Generally required if you put down less than 20%, PMI protects the lender if the borrower can’t make mortgage payments.
Private mortgage insurance typically costs 0.2% to above 2% of the original mortgage loan amount
While you can avoid PMI without 20% down by opting for a higher mortgage rate, you might end up paying more money in the long run
Lenders typically cancel PMI when you’ve paid off 22% of your loan, but you can request early cancellation when your home has 20% equity
FHA loans have their own form of PMI called MIP (mortgage insurance premiums)
First-time homebuyers may not realize that taking out a mortgage has a few financial requirements. Mortgage lenders will require you to buy homeowners insurance and you may also need to get private mortgage insurance, or PMI.
Private mortgage insurance is generally required by mortgage companies if you take out a conventional loan and your down payment is less than 20% of the home purchase price. PMI payments, called premiums, protect the mortgage lender in case you stop paying back your loan.
PMI payments are calculated as a small percentage of the original mortgage loan amount. The average PMI rates for fixed-rate mortgages run anywhere from 0.2% to 2%. You can make PMI payments in a few different ways, depending on the mortgage servicer. Most commonly premiums are tacked on to your monthly mortgage payment, but borrowers can also choose to make some or all PMI payments up front. (There are however some downsides to this, which we’ll discuss.) Borrowers can cancel PMI once their home equity exceeds 20% or avoid it altogether by getting a higher interest rate on their mortgage — though this may not make financial sense in the long run.
Mortgage insurance is also required if you take out an FHA mortgage with the Federal Housing Administration. Mortgage insurance for FHA loans is called MIP, which is the same in concept, but has a few significant differences.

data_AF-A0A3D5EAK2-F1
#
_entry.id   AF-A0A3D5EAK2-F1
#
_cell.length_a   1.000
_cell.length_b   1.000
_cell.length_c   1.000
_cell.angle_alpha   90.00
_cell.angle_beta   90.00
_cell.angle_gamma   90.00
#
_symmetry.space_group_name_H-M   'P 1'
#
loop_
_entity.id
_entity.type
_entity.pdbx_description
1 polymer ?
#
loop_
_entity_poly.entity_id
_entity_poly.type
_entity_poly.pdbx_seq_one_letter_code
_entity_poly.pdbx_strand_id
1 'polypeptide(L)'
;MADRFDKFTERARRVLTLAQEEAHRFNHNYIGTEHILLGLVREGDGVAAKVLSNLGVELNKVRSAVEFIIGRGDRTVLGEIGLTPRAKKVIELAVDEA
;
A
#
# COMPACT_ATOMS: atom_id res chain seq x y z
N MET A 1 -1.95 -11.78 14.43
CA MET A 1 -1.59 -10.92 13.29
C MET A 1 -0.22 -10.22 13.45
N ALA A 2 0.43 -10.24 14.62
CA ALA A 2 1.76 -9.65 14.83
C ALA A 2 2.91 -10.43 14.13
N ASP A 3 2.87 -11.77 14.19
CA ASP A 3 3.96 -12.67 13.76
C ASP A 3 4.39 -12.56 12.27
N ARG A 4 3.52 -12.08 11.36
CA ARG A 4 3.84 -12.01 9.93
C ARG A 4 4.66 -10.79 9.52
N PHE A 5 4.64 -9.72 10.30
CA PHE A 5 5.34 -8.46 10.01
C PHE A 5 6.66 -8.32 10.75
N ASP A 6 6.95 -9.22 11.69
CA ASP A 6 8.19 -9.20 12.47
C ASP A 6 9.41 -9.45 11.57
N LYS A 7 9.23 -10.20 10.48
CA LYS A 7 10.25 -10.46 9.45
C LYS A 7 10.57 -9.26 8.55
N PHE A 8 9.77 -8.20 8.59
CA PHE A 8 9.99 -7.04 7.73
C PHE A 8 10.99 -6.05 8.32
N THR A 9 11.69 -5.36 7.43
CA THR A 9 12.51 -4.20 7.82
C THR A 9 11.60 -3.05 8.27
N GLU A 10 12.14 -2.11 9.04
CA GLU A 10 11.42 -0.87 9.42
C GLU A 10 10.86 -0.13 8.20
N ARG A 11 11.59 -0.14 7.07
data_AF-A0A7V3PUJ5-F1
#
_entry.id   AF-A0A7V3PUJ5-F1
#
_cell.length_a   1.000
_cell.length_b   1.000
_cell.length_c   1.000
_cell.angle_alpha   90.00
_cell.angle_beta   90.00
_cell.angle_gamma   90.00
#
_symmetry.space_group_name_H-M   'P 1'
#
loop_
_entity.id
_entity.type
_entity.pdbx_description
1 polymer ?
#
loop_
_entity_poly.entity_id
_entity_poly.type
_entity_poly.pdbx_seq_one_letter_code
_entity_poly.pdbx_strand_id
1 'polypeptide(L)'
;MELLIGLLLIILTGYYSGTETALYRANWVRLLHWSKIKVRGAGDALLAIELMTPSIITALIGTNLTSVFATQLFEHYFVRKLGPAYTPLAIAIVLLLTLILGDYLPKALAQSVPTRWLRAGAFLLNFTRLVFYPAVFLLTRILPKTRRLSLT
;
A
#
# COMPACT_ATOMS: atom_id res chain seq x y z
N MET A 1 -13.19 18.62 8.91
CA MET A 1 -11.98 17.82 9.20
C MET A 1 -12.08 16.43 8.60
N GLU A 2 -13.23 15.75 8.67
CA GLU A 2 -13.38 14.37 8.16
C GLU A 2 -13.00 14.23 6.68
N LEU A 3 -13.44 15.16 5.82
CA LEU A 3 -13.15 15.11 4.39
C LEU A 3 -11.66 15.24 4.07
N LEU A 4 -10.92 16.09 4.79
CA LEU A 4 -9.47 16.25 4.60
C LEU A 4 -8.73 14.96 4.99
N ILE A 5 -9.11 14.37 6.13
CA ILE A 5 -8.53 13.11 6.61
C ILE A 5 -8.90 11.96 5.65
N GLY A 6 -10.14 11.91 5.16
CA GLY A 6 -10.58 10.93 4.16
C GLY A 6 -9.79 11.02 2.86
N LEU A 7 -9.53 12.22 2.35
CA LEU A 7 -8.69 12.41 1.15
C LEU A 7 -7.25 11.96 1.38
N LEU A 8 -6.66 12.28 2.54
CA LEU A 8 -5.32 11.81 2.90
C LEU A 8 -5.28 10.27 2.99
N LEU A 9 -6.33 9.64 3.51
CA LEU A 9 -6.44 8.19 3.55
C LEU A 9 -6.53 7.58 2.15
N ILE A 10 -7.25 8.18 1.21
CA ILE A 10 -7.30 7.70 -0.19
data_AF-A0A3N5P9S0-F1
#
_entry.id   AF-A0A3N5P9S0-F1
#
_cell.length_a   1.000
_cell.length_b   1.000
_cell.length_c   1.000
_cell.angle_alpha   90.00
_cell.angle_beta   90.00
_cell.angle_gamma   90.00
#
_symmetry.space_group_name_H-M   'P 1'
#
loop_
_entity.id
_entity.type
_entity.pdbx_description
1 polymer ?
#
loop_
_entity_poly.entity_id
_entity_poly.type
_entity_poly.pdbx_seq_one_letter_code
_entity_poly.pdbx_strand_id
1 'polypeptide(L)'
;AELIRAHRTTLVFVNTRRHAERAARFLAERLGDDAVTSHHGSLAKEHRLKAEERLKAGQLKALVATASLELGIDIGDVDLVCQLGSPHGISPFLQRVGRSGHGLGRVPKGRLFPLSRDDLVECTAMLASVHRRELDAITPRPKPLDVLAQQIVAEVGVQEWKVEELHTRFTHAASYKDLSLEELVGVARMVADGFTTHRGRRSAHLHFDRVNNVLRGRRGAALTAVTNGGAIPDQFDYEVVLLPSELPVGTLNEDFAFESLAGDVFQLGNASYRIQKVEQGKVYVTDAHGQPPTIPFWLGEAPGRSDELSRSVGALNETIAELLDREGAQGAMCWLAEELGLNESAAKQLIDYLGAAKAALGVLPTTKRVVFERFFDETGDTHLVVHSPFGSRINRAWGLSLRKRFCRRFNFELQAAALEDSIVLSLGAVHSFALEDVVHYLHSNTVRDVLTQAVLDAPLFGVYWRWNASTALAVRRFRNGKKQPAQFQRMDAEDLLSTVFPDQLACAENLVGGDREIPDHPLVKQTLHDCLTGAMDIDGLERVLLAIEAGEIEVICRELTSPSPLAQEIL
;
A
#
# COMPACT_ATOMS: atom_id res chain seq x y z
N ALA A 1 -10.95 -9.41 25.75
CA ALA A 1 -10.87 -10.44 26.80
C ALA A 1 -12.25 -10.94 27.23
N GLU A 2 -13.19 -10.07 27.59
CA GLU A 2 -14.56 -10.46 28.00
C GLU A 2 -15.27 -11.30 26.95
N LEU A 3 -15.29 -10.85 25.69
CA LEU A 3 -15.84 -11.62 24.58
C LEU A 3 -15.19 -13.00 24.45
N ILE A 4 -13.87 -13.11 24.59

Private mortgage insurance is an insurance policy that most lenders require you to buy when your down payment is less than 20%. The down payment is a dollar amount that you pay at closing when you buy a house. For example, if you make a down payment of $30,000, or 10%, on a $300,000 house, then the mortgage lender will require you to get PMI.
The down payment plays directly into the loan-to-value ratio, or LTV, which is important to understanding how PMI works. The loan-to-value ratio is a way of indicating how much equity you have in your home, which is another way of saying how much of your house you own — how much of the mortgage you’d paid off — up to that point. If your home equity is 20%, then your loan-to-value ratio is 80%.
Private mortgage insurance is insurance for the lender; it protects them in case the borrower stops making mortgage payments. Even if the borrower faces foreclosure, they must keep paying PMI.
People can’t shop around for private mortgage insurance like they would with other types of insurance. Rather, PMI is determined by your mortgage lender, who contracts with a PMI company that provides the PMI coverage.
You can pay for private mortgage insurance in a few different ways, depending on your lender:
Borrower-paid mortgage insurance is the most common PMI payment plan. The mortgage insurance premiums are simply added to your monthly mortgage payment. Your PMI payments, along with your property taxes and homeowners insurance, are typically paid through an escrow fund set up by your bank.
These PMI payments are usually fixed throughout the duration of your mortgage, so if you notice that your total monthly mortgage payment has increased, it’s probably because your property taxes or homeowners insurance premiums went up — not your mortgage insurance.
(If your home insurance rates have increased, you should shop around for lower rates. You can speak with a licensed representative at Policygenius to find a policy that works for your needs.)
Single-payment mortgage insurance or single-premium mortgage insurance lets you pay all of your mortgage insurance at closing in one lump sum instead of monthly payments.